German Chancellor Angela Merkel talks to the press as she arrives at the Alliance’s headquarters ahead of the NATO summit in Brussels, Belgium, July 11, 2018. (Paul Hanna/Reuters)
Across the chancelleries of Europe, a realization is dawning. It began at the outskirts of the continent and has now made its way to the heart of Angela Merkel’s government in Berlin. It is the realization that even Merkel is mortal.
For the entirety of this century so far, Merkel has been a constant. She has been leader of the Christian Democratic Union (CDU) since 2000, when she publicly turned on her former political mentor, Helmut Kohl, over a party-funding dispute. And she has been chancellor of Germany since 2005, when she managed to put together a coalition with the left-wing Social Democratic party (SPD). There she has stayed for 13 years, to work with three different American presidents, four British prime ministers, and more Mediterranean governments than anyone could count.
She steered the continent through the financial crisis of 2008 and the resulting euro-zone crises, becoming — in the “austerity” process — a bogeywoman for much of the debt-ridden south. But having steered the continent through those disasters, she then, in 2015, almost single handedly plunged it into another. It is this mess that has now led people to begin to draft Merkel’s political obituaries.
The conflict and economic hardship that have caused millions of people to head towards Europe in recent years are, of course, not the responsibility of Angela Merkel. But what is very much her responsibility is that, as the flow was at a historical high, with hundreds of thousands of people pressing into southern Europe in the summer of 2015, Angela Merkel unilaterally declared that normal border procedures would be suspended. The world could come. Rallying her own nation on the last day of August that year, the chancellor uttered the now fateful words Wir schaffen das (“We can do this”).
As a consequence, in 2015 Germany took in up to 1.5 million migrants in a single year. Sweden took in a similar amount per capita, adding around 2 percent to its population in just that year. Many people labored under the misapprehension that these arrivals were asylum seekers. Yet while some were fleeing the Syrian civil war, most were not. As the vice president of the European Commission, Frans Timmermans, subsequently admitted, most of the 2015 arrivals in Europe had “no reason to apply for refugee status” and therefore no right to be in Europe. Since then, the flows have slowed (largely because of a bribe being paid to Turkey’s President Erdogan, who now boasts of holding a gun to Europe’s head). But although the Turkey-to-Greece route has largely closed, the other route into Europe for asylum seekers and economic migrants from across the whole of Africa, most of the Middle East, and much of the Far East runs through North Africa. And that route remains open, with tens of thousands of people this year making the journey — mainly via Libya — in the hope of getting into European waters, where European naval vessels then pick them up and safely transport them to Italy.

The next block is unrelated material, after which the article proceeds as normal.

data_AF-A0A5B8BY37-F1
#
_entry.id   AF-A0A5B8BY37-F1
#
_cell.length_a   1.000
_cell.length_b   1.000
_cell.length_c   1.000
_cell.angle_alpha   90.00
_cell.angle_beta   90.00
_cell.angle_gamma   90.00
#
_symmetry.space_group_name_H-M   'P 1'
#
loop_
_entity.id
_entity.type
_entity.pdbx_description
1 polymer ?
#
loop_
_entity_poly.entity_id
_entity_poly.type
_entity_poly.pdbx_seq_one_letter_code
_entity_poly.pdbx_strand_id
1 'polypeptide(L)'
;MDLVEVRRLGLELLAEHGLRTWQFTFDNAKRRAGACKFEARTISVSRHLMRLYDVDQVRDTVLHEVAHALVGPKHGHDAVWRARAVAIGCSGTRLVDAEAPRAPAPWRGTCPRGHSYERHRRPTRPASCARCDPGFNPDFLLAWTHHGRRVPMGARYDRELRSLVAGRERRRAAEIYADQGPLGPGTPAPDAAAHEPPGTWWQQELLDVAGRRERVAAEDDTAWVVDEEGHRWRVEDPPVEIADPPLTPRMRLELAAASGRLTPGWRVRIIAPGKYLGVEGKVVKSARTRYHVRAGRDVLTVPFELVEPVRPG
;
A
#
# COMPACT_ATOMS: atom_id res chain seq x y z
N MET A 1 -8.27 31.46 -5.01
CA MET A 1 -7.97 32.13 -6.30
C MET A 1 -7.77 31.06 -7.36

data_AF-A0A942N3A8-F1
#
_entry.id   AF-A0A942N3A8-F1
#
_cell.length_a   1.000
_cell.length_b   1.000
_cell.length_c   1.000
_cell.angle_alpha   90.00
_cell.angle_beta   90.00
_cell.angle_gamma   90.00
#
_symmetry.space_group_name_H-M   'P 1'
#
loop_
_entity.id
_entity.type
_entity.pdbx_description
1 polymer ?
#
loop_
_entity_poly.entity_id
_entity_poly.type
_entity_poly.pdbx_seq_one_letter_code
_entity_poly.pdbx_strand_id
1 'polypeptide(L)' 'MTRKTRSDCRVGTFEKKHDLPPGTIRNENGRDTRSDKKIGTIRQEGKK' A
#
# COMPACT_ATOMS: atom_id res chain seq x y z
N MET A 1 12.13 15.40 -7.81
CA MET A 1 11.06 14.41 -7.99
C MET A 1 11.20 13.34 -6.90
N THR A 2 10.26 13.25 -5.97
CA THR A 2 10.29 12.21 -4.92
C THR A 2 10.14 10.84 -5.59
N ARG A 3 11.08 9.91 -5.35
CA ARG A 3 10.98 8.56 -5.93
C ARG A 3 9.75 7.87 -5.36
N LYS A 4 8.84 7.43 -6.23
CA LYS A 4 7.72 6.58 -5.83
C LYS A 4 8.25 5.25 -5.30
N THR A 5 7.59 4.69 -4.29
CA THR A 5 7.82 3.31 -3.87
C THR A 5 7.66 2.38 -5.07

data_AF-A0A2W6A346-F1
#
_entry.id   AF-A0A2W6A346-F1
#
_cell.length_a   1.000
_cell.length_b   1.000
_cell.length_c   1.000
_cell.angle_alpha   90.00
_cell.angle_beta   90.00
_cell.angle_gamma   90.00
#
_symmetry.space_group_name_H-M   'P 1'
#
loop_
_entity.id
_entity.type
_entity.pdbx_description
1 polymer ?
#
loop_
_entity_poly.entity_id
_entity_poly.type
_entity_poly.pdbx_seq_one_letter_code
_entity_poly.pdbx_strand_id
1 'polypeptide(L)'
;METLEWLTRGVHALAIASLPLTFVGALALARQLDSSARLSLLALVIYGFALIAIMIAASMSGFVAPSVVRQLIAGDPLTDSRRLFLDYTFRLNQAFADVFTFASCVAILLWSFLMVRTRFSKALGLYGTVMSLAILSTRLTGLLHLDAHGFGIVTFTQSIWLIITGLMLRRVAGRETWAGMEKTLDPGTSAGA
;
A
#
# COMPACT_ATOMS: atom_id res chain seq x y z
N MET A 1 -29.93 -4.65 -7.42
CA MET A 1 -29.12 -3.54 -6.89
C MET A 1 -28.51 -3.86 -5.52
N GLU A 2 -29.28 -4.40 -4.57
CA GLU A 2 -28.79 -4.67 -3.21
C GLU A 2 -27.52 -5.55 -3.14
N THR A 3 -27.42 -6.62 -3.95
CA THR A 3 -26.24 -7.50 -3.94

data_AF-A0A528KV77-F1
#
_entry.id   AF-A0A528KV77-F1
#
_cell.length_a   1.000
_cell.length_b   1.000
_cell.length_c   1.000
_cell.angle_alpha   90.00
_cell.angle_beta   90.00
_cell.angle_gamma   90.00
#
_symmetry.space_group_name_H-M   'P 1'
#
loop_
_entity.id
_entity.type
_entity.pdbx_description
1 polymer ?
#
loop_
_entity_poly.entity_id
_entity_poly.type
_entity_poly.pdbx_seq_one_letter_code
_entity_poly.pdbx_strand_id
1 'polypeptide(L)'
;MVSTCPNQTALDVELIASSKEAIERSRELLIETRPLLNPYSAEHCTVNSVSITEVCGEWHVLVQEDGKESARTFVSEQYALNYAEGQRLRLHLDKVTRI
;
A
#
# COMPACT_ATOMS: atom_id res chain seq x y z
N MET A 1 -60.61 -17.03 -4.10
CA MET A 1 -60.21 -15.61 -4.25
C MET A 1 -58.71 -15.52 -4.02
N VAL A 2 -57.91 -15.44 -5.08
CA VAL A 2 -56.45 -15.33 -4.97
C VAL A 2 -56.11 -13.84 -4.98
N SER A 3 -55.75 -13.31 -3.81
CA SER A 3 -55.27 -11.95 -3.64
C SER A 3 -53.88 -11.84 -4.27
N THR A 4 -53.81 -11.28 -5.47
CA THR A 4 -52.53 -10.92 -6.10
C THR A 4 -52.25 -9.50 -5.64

Whether or not Germany could cope with migration at such a speed and of such a nature, most of Germany’s European partners decided that they could not. During 2015 and the years that have followed, these countries have grown to greatly resent that the whole continent should be held hostage to the whims of a chancellor in Berlin. And whims they were, for only months before opening the borders, Merkel had declared any abandonment of the normal rules to be impossible.
The results of Merkel’s decision have taken time to play out. In 2015, Britain was among the EU countries that refused to take part in the migrant-redistribution quota schemes proposed by Brussels and Berlin. A year later — in a decision not hindered by Merkel’s disagreement — Britain voted to leave the European Union altogether. Since then, Merkel has seen the status quo she did so much to hold together begin to pull apart and turn its fury towards her.
In April of this year, Hungary’s voters returned Viktor Orban to power for a third term in a decisive electoral victory. During the height of the 2015 crisis, Hungary (a country of 10 million people) saw 400,000 migrants cross its territory. It was the first country to start building border fences — a policy that was condemned and then copied by most of its neighbors. Throughout that year and in the period since, Orban has been Angela Merkel’s most immovable opponent. He has refused to buckle before all the threats of Brussels and Berlin. Along with the other members of the Visegrad Four (Poland, Slovakia, and the Czech Republic), he has refused to accept migrant quotas and insisted that he will hold this stance even in the face of much-threatened fines from Brussels. This has paid off, not least because it is no longer the Visegrad countries that seem to be in a position of weakness.